6 Years after Nirbhaya, victim's mother unhappy over delay in law and order
New Delhi, Dec 16: Six years after the brutal gang rape of 23-year-old Nirbhaya in New Delhi, Asha Devi, the mother of the 2012 gang rape victim referred to as 'Nirbhaya', expressing her disappointment over the failure of law and order situation in the country and also requested all the parents to not deprive their girls of education, adding that the girls should never consider themselves weak.
Speaking to ANI on the sixth anniversary of the 'Nirbhaya' gang rape case, Devi said, "Culprits in a criminal case like this are still alive. It's a failure of law and order situation. We want to tell the girls everywhere to not consider themselves weak and request parents to not deprive their girls of education."
In May last year, Supreme court upheld the 2013 death penalty verdicts for four of the six assailants who gang-raped and tortured a 23-year-old college student in New Delhi in December 2012, saying they did not deserve leniency due to "brutal, barbaric and diabolical" conduct.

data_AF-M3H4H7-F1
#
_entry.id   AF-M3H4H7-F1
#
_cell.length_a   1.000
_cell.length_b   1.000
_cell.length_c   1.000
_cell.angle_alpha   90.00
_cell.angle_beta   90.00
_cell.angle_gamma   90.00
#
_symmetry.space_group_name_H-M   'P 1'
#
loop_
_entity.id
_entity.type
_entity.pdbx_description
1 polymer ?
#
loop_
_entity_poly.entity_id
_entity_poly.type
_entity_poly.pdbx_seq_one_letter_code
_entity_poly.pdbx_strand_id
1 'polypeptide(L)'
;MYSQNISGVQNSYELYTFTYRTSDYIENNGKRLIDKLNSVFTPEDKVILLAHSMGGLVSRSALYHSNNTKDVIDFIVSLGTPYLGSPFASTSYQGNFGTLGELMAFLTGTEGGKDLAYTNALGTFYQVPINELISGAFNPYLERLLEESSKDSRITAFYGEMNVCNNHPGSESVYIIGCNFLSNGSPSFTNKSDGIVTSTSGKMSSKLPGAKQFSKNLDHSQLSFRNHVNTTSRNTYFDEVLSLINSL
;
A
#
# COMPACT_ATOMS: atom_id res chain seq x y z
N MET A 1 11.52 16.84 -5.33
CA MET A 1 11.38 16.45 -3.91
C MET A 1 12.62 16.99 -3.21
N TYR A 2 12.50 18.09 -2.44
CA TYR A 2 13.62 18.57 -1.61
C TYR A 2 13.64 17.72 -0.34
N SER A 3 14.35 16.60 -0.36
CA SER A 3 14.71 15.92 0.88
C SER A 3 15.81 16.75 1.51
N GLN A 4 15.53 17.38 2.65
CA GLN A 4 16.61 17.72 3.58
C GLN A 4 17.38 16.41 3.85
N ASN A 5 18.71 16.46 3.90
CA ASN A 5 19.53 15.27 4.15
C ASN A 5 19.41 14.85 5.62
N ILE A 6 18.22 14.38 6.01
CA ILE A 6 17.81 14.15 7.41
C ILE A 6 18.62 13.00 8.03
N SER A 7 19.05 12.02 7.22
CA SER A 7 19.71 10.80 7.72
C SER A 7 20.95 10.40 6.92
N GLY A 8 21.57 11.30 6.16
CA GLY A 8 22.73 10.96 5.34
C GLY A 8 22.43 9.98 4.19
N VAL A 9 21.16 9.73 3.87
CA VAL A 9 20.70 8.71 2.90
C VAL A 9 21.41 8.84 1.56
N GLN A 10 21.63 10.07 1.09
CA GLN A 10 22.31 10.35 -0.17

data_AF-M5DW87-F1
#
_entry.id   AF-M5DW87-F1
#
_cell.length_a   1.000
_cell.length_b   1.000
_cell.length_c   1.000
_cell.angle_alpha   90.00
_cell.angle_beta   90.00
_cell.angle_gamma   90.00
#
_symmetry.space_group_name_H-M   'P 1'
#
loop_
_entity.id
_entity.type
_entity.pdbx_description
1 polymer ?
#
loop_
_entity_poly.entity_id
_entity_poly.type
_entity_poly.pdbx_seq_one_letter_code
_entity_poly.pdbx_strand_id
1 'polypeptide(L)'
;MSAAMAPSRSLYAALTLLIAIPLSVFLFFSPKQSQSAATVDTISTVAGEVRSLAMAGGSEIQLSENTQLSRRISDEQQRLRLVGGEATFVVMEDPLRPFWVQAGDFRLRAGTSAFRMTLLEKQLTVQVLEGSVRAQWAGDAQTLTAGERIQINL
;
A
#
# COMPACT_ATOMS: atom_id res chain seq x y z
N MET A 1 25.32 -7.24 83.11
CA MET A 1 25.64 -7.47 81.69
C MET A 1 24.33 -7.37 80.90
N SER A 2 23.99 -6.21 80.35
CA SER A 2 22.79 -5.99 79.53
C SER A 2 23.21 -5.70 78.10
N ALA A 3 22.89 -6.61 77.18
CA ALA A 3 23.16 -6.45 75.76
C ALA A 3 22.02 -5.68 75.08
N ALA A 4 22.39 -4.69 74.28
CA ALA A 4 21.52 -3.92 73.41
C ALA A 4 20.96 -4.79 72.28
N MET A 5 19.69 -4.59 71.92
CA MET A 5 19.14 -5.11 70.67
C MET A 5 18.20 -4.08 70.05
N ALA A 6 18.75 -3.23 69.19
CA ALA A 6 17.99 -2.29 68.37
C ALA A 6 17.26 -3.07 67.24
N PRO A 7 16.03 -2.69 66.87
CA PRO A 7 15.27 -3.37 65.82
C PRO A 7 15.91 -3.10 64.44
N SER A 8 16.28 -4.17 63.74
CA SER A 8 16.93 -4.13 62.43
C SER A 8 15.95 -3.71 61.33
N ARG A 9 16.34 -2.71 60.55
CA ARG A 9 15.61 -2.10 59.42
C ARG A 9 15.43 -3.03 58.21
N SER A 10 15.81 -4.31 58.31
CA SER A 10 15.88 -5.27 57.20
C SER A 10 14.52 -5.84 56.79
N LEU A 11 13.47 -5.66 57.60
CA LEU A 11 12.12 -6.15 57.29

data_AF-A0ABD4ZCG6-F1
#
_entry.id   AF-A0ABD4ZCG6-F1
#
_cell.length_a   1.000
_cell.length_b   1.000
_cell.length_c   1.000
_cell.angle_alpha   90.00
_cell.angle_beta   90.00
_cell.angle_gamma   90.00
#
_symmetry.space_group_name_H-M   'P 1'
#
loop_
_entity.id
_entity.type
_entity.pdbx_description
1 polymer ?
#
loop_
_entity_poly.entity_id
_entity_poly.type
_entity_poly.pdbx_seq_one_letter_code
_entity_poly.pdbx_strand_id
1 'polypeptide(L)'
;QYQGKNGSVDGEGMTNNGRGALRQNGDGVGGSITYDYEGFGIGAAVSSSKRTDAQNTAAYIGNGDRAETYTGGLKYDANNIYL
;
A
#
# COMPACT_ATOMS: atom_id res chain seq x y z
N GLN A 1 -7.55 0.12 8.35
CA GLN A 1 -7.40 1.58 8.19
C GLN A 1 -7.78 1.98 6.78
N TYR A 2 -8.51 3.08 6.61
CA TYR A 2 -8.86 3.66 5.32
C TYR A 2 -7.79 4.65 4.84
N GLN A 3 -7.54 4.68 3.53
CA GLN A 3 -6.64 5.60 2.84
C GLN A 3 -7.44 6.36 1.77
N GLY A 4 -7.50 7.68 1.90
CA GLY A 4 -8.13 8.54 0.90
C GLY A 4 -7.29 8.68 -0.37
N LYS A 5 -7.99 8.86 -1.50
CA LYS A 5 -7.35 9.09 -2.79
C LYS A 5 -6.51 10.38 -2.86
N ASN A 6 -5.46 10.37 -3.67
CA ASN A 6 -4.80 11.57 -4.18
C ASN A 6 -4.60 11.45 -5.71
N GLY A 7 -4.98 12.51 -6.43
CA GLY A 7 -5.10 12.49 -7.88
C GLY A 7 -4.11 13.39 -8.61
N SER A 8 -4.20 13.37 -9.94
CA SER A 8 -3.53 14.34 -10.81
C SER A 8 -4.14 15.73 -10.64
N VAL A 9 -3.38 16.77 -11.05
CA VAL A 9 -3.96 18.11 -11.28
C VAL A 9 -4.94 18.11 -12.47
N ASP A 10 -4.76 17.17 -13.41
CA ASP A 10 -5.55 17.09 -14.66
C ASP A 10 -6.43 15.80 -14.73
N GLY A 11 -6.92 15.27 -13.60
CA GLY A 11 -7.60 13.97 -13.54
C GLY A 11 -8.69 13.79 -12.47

The brutal attack prompted widespread protests throughout the country, sparked a new debate about women's safety in India and resulted in strict changes to the country's rape laws which now allows for the death penalty in some rape cases.
The victim, who was severely assaulted, was thrown out on the road along with her male friend. She succumbed to injuries at Mount Elizabeth Hospital in Singapore on December 29, where she had been airlifted for medical treatment.
What happened on December 16, 2012?
The 23-year-old paramedic student was raped on the intervening night of December 16-17, 2012 inside a moving bus in South Delhi by five men and a juvenile. Six men, including a juvenile, beat Nirbhaya's friend unconscious before raping and torturing her with an iron bar as the bus drove loops through the city. She was dumped on the streets 45 minutes later with horrific internal injuries and died 13 days later in a Singapore hospital.
What changes came of it?
In the aftermath of the crime, a panel headed by a former chief justice was tasked with reviewing laws on sexual violence. The panel recommended a minimum sentence of 20 years for gang-rape, with the possibility of life imprisonment. It also called for tougher punishments for a range of sexual crimes common across India, including voyeurism, stalking and acid attacks. The government responded by introducing tougher punishments for rapists, including the death penalty for repeat offenders.
India has long exercised the death penalty as punishment for serious crimes; its last execution was in 2015 of Yakub Memon for his role in the 1993 terrorist bombings in Mumbai.